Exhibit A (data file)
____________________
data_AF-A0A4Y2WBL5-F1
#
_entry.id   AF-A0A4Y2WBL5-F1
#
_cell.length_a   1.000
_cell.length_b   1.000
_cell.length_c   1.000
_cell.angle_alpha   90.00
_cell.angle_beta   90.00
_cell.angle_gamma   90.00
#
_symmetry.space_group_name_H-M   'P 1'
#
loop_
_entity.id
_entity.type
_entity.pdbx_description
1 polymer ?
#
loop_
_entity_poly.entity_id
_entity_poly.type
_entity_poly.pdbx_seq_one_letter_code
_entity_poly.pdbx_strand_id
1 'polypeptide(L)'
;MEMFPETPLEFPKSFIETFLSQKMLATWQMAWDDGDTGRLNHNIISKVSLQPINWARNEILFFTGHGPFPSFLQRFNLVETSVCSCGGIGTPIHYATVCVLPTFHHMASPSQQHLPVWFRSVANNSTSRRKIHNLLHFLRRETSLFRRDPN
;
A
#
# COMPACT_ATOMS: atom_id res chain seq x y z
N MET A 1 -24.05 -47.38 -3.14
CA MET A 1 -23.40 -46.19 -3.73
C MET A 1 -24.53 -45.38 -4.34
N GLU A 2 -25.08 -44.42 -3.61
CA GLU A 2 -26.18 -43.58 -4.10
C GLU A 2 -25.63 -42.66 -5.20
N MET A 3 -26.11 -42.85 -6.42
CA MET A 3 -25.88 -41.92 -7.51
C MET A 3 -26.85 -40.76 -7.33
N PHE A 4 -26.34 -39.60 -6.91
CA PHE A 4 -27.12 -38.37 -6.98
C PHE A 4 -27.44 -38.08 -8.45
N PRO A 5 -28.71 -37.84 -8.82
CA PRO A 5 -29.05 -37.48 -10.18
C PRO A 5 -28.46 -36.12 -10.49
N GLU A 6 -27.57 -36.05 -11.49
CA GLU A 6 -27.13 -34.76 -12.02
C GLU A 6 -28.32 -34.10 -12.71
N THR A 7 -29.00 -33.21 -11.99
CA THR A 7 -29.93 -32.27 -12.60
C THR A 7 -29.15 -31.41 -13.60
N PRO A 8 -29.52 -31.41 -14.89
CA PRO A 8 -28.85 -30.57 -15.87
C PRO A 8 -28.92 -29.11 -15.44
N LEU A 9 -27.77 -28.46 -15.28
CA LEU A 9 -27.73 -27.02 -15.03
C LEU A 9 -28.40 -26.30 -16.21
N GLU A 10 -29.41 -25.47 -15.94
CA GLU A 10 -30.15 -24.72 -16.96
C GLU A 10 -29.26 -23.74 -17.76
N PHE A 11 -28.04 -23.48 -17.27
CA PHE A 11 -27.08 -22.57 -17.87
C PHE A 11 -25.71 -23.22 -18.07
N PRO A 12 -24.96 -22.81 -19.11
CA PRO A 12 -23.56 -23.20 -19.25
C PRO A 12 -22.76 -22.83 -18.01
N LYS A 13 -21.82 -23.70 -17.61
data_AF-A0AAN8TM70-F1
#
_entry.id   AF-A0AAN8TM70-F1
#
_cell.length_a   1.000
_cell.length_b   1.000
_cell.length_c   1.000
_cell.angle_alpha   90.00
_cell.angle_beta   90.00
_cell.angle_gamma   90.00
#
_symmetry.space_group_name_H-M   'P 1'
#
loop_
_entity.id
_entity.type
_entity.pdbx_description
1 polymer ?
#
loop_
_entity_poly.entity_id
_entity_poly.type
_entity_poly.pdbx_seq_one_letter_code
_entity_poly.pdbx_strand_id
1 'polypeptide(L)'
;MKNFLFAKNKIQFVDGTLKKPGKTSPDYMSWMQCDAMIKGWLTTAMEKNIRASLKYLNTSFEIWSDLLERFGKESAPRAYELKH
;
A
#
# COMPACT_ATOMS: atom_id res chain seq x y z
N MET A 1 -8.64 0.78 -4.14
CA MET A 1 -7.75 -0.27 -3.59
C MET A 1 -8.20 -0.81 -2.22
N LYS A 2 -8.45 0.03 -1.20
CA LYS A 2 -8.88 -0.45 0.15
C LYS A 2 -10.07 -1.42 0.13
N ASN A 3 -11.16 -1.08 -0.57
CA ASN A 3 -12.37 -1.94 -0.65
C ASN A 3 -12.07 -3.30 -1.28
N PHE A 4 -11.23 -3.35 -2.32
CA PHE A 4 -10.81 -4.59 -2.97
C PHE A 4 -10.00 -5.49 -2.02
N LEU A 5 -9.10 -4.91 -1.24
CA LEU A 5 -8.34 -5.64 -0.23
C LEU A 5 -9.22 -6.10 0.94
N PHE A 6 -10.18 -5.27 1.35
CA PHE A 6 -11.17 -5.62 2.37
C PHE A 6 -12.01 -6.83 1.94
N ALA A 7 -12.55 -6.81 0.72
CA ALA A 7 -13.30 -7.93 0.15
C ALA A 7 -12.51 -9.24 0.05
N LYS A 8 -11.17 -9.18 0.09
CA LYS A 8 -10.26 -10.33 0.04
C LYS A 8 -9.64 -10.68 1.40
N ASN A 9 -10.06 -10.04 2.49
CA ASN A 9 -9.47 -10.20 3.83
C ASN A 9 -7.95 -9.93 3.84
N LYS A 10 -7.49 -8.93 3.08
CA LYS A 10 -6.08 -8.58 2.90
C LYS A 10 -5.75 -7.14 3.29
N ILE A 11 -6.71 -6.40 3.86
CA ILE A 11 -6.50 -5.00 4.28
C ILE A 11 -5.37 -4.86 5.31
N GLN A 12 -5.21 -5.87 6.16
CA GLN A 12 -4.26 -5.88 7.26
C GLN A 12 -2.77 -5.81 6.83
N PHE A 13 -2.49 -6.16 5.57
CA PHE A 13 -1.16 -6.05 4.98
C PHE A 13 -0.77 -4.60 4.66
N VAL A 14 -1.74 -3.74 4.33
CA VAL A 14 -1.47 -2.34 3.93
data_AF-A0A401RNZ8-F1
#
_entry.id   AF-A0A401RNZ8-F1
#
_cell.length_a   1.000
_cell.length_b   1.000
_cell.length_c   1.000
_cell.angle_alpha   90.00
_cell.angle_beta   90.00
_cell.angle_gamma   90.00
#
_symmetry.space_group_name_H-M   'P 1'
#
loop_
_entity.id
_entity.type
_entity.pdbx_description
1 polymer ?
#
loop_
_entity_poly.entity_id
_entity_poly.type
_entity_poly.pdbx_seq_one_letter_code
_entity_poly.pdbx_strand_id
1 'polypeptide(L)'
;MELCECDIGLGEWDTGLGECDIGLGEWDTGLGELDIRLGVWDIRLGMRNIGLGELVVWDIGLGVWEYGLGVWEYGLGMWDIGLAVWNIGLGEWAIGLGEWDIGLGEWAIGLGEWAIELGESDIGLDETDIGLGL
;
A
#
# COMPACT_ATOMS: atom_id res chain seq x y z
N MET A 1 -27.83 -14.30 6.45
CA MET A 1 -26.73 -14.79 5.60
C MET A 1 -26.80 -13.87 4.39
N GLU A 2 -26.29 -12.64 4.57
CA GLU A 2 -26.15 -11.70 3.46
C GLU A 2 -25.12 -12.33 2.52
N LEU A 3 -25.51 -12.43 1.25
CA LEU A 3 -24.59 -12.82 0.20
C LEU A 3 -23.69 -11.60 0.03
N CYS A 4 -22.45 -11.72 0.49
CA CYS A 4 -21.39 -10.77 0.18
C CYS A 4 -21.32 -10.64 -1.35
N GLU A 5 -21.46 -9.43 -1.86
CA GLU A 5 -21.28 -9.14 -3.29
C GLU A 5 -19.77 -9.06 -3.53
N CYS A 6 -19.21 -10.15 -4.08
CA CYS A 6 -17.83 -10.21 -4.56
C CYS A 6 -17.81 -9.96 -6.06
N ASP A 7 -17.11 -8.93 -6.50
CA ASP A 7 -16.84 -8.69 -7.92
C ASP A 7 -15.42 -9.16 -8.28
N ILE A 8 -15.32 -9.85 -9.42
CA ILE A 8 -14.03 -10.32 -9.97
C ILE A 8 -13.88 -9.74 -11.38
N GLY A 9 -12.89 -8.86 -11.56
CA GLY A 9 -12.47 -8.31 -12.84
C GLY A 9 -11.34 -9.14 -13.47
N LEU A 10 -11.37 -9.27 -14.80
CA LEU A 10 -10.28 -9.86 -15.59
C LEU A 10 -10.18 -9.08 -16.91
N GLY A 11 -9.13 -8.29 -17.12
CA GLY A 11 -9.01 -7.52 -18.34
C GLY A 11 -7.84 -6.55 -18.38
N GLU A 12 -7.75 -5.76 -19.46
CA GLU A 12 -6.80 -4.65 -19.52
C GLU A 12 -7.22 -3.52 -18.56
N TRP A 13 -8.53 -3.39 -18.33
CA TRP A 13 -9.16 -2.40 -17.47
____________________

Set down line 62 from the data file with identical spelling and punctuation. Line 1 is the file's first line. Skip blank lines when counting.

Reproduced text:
CA PHE A 11 -27.08 -22.57 -17.87